Next Article in Journal
Changes in Plasma Bioactive Lipids and Inflammatory Markers during a Half-Marathon in Trained Athletes
Previous Article in Journal
Affecting Casein Micelles by Pulsed Electrical Field (PEF) for Inclusion of Lipophilic Organic Compounds

Mechanized Grape Harvest Efficiency

Department of Machines and Production Biosystems, Faculty of Engineering, Slovak University of Agriculture in Nitra, Hlinku 2, 94976 Nitra, Slovakia
Department of Horticultural Machinery, Faculty of Horticulture, Mendel University in Brno, Valtická 337, 69144 Lednice, Czech Republic
Author to whom correspondence should be addressed.
Academic Editor: João Carlos de Oliveira Matias
Appl. Sci. 2021, 11(10), 4621;
Received: 14 April 2021 / Revised: 10 May 2021 / Accepted: 15 May 2021 / Published: 18 May 2021
(This article belongs to the Topic Industrial Engineering and Management)
Due to the low number of employees and the time limit in the field of grape harvesting, we focused in the presented article on evaluating the effectiveness of the deployment of an outboard grape harvester within the conditions of Slovak viticulture. The vineyards are in the Nitra wine-growing region on the southwestern slopes behind the Pivnica Radošina company, Piešťany district, in a total area of 33 ha. The object of the research was a PELLENC 8090 Selective Process trailed grape harvester aggregated with a SAME Frutteto3 100 tractor. The mechanized harvesting was tested in the vineyards of Pivnica Radošina s. r. on three selected varieties (Pinot Gris, Pinot Blanc, and Tramin Red) for two years. Entry conditions, technical parameters of the equipment, and weather conditions were monitored for all varieties. Data were analyzed with STATISTICA statistical software. As part of the research, post-harvest losses due to mechanized harvesting were monitored. The average losses for all examined varieties reached the value of 2.17% in 2018, and the value of 2.25% in 2017. A significant output was the efficiency of the deployment of the set for mechanized grape harvesting, where in 2018 a minimum value of 146.3 ha was set (the average cost of grapes was 500 Euro·t−1). A significant part of the cost was fixed items, as a two-year tractor and a trailed collector (for 2017) were used for mechanized harvesting. The difference compared to previous research was the deployment of a completely new set during a two-year period on varieties that have not yet been evaluated. The economic efficiency over two years was elaborated in detail, which highlighted the benefits of multi-annual use. In terms of examining losses, differences were shown not only between varieties, but also between years, and these data were statistically verified. The paper evaluates the dependence of the use of mechanized harvesting on changes in the purchase price of grapes (increasing it also exponentially increases the required area) and on changing the hourly wage of an employee (increasing it degressively reduces the required area). From the results it can be said that statistically and economically significant outputs were achieved for the deployment of machine collection. View Full-Text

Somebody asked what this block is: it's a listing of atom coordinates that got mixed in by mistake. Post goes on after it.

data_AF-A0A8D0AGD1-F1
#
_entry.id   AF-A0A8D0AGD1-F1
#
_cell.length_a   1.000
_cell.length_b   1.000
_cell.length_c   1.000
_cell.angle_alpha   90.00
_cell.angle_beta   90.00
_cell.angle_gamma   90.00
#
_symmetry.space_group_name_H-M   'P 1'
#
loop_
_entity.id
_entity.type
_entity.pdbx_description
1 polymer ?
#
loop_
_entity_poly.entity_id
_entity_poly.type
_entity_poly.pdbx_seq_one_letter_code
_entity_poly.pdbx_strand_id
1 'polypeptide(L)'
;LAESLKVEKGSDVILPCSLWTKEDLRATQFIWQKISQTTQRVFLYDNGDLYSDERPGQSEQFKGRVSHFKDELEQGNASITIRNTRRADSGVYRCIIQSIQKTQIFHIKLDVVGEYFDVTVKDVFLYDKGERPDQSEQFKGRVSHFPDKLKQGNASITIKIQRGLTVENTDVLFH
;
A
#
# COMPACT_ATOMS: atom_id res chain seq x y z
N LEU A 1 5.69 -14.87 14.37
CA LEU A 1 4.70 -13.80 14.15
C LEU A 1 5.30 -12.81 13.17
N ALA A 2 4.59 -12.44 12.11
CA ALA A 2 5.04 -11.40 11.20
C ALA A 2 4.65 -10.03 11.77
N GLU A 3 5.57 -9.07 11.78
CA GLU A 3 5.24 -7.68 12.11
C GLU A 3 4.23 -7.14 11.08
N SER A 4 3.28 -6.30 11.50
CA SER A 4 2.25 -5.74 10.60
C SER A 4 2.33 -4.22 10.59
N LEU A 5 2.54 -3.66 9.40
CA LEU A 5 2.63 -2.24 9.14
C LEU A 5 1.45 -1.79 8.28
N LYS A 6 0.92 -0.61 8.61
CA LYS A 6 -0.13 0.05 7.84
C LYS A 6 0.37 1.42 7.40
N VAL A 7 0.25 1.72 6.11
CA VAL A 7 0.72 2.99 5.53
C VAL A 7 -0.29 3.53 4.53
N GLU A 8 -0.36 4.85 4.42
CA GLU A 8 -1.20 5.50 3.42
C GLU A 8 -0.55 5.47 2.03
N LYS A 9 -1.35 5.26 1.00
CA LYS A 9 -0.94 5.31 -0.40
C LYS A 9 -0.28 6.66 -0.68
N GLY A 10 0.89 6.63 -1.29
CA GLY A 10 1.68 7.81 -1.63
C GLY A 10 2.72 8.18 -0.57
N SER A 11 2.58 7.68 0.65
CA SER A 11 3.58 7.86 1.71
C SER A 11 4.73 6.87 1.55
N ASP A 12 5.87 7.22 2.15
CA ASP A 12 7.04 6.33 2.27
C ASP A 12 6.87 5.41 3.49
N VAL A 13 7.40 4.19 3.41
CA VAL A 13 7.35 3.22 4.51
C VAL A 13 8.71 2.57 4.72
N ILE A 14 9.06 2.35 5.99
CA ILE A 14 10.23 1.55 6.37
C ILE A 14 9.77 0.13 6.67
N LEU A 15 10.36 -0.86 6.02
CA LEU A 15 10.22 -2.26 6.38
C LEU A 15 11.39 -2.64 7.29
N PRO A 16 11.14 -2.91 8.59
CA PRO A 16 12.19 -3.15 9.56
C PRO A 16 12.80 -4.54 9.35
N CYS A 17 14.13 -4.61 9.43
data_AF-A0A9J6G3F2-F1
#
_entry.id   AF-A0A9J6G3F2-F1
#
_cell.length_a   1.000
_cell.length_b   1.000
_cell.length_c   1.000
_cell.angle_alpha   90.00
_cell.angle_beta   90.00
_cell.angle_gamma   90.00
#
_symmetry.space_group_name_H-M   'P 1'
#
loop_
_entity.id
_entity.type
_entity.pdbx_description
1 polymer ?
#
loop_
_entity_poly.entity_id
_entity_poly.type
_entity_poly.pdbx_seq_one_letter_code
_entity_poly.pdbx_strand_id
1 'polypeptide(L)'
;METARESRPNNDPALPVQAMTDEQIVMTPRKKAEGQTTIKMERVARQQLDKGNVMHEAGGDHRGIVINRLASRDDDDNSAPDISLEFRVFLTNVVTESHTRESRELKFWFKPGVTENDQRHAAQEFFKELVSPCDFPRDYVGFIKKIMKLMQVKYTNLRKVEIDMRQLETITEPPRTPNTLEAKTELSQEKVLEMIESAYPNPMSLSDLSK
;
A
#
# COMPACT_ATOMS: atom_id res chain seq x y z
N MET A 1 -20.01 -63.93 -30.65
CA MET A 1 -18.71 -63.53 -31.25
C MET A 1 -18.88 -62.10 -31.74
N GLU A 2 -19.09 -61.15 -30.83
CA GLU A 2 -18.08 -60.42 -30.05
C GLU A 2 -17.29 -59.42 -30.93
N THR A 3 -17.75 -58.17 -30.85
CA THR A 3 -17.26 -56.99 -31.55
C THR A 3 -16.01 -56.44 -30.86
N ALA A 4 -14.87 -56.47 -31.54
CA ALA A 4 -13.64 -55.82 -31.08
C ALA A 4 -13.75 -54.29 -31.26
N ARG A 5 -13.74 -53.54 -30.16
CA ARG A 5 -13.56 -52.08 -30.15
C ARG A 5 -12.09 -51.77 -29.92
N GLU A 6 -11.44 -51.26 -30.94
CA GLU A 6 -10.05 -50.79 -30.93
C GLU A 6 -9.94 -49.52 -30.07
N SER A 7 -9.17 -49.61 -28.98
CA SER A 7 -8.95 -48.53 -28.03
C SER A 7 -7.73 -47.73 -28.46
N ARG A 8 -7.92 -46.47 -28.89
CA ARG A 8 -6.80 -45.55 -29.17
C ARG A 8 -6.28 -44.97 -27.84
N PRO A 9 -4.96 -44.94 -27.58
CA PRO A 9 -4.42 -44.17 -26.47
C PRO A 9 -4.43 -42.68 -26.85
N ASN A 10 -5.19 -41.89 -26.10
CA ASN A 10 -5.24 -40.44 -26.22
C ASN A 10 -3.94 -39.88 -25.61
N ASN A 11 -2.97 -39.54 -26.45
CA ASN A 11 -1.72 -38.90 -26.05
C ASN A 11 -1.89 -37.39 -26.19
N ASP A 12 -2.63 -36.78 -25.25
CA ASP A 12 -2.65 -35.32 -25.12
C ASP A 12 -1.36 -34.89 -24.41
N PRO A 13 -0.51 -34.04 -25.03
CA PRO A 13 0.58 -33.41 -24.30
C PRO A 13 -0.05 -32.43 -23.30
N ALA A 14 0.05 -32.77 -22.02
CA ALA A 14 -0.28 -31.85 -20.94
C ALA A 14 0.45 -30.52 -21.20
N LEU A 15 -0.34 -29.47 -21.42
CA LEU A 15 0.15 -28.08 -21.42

Keywords: grape; harvest; mechanization; losses grape; harvest; mechanization; losses
Show Figures

Figure 1

MDPI and ACS Style

Jobbágy, J.; Dočkalík, M.; Krištof, K.; Burg, P. Mechanized Grape Harvest Efficiency. Appl. Sci. 2021, 11, 4621.

AMA Style

Jobbágy J, Dočkalík M, Krištof K, Burg P. Mechanized Grape Harvest Efficiency. Applied Sciences. 2021; 11(10):4621.

Chicago/Turabian Style

Jobbágy, Ján, Martin Dočkalík, Koloman Krištof, and Patrik Burg. 2021. "Mechanized Grape Harvest Efficiency" Applied Sciences 11, no. 10: 4621.

Find Other Styles
Note that from the first issue of 2016, MDPI journals use article numbers instead of page numbers. See further details here.

Article Access Map by Country/Region

Back to TopTop